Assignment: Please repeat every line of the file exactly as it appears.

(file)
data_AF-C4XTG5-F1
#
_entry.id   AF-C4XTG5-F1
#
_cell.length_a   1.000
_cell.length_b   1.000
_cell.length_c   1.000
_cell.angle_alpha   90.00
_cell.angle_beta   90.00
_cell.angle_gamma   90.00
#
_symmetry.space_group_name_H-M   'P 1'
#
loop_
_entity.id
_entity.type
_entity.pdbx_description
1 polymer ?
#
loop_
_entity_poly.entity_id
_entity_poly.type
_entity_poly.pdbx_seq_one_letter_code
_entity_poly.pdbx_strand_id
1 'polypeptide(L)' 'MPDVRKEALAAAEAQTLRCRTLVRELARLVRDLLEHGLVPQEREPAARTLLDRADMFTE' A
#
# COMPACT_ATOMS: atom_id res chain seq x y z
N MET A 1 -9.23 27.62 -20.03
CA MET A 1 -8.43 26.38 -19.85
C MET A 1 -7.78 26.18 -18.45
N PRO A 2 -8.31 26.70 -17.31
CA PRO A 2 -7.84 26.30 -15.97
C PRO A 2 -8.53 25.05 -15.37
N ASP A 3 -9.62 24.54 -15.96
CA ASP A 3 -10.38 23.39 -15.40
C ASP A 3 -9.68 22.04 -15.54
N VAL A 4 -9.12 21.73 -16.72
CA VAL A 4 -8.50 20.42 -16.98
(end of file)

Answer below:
data_AF-C4XTG5-F1
#
_entry.id   AF-C4XTG5-F1
#
_cell.length_a   1.000
_cell.length_b   1.000
_cell.length_c   1.000
_cell.angle_alpha   90.00
_cell.angle_beta   90.00
_cell.angle_gamma   90.00
#
_symmetry.space_group_name_H-M   'P 1'
#
loop_
_entity.id
_entity.type
_entity.pdbx_description
1 polymer ?
#
loop_
_entity_poly.entity_id
_entity_poly.type
_entity_poly.pdbx_seq_one_letter_code
_entity_poly.pdbx_strand_id
1 'polypeptide(L)' 'MPDVRKEALAAAEAQTLRCRTLVRELARLVRDLLEHGLVPQEREPAARTLLDRADMFTE' A
#
# COMPACT_ATOMS: atom_id res chain seq x y z
N MET A 1 -9.23 27.62 -20.03
CA MET A 1 -8.43 26.38 -19.85
C MET A 1 -7.78 26.18 -18.45
N PRO A 2 -8.31 26.70 -17.31
CA PRO A 2 -7.84 26.30 -15.97
C PRO A 2 -8.53 25.05 -15.37
N ASP A 3 -9.62 24.54 -15.96
CA ASP A 3 -10.38 23.39 -15.40
C ASP A 3 -9.68 22.04 -15.54
N VAL A 4 -9.12 21.73 -16.72
CA VAL A 4 -8.50 20.42 -16.98